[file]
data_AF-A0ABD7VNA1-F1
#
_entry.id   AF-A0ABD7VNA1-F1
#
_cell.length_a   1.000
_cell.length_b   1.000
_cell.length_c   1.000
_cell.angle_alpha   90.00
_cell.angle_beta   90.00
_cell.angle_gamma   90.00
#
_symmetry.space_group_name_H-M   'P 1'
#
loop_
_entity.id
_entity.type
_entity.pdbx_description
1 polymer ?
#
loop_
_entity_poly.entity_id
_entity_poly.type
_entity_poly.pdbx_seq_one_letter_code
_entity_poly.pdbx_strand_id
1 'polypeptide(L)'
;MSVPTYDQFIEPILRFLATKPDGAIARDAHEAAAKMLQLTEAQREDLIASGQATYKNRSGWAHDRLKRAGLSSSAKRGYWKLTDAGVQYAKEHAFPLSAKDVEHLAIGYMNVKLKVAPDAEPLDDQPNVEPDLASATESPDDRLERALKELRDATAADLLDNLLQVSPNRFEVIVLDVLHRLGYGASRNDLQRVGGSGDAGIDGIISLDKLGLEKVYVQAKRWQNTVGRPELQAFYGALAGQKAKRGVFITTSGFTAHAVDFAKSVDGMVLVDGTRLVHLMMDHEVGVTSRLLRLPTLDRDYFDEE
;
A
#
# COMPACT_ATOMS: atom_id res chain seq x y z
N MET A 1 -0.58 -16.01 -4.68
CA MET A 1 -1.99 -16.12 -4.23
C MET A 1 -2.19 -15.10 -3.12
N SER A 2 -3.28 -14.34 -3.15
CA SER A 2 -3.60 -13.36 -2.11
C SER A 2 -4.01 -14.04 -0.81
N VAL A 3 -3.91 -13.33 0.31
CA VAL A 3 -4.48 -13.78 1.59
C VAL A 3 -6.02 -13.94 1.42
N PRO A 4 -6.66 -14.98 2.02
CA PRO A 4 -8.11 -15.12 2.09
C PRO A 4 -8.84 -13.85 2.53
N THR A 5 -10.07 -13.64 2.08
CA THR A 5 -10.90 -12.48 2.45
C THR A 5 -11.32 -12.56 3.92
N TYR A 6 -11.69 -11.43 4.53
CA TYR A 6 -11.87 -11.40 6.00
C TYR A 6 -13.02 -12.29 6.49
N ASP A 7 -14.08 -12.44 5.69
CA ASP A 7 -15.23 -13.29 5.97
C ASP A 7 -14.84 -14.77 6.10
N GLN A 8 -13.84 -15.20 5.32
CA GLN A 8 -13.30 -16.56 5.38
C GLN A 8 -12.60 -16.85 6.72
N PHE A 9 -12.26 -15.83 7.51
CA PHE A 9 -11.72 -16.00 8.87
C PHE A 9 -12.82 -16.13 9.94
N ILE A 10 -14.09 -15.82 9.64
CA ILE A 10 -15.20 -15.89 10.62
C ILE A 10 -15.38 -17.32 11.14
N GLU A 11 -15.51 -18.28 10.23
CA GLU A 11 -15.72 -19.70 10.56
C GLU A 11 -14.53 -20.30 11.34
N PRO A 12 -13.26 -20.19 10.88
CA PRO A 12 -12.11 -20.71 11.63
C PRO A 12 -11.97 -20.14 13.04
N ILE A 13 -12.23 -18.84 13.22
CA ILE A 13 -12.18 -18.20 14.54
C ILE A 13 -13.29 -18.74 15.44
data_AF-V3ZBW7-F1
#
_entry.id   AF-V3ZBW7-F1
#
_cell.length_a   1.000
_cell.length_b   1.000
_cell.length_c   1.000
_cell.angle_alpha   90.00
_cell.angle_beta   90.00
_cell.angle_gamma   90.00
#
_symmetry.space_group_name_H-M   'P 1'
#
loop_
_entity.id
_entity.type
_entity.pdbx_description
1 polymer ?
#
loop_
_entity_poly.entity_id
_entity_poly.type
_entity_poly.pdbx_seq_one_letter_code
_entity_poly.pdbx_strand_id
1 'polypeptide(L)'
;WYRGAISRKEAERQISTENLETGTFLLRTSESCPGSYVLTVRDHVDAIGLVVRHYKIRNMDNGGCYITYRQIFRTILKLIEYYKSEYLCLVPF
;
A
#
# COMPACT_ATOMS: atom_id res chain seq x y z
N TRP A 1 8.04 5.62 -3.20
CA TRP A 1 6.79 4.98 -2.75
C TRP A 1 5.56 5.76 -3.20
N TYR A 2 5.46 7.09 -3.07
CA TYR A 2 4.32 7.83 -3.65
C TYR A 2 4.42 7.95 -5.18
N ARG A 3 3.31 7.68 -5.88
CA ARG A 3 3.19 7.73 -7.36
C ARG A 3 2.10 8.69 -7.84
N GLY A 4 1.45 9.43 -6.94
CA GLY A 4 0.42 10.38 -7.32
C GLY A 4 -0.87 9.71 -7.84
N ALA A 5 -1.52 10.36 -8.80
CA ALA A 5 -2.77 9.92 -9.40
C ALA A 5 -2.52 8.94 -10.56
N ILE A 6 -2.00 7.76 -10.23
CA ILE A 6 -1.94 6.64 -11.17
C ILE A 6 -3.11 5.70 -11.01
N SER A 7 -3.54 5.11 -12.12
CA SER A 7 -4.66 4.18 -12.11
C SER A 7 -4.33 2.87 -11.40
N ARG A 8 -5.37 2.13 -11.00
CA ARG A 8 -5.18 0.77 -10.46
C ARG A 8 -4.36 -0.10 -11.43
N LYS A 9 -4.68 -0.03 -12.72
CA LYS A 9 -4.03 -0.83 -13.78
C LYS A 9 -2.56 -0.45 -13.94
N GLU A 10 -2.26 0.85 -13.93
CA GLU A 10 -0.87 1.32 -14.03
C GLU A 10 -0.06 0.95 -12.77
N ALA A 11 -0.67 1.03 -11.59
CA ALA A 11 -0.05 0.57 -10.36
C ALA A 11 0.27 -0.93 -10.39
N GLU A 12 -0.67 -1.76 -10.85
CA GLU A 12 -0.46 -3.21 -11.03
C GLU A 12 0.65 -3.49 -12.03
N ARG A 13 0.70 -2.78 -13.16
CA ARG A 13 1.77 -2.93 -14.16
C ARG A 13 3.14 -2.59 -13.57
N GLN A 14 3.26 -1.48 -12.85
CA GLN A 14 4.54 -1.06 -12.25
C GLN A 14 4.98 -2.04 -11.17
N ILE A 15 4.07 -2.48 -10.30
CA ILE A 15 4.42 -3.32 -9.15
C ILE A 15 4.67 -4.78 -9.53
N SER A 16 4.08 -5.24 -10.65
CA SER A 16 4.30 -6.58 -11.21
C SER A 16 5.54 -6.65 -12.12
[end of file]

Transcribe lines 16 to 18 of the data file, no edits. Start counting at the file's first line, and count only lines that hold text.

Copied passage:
_entity.type
_entity.pdbx_description
1 polymer ?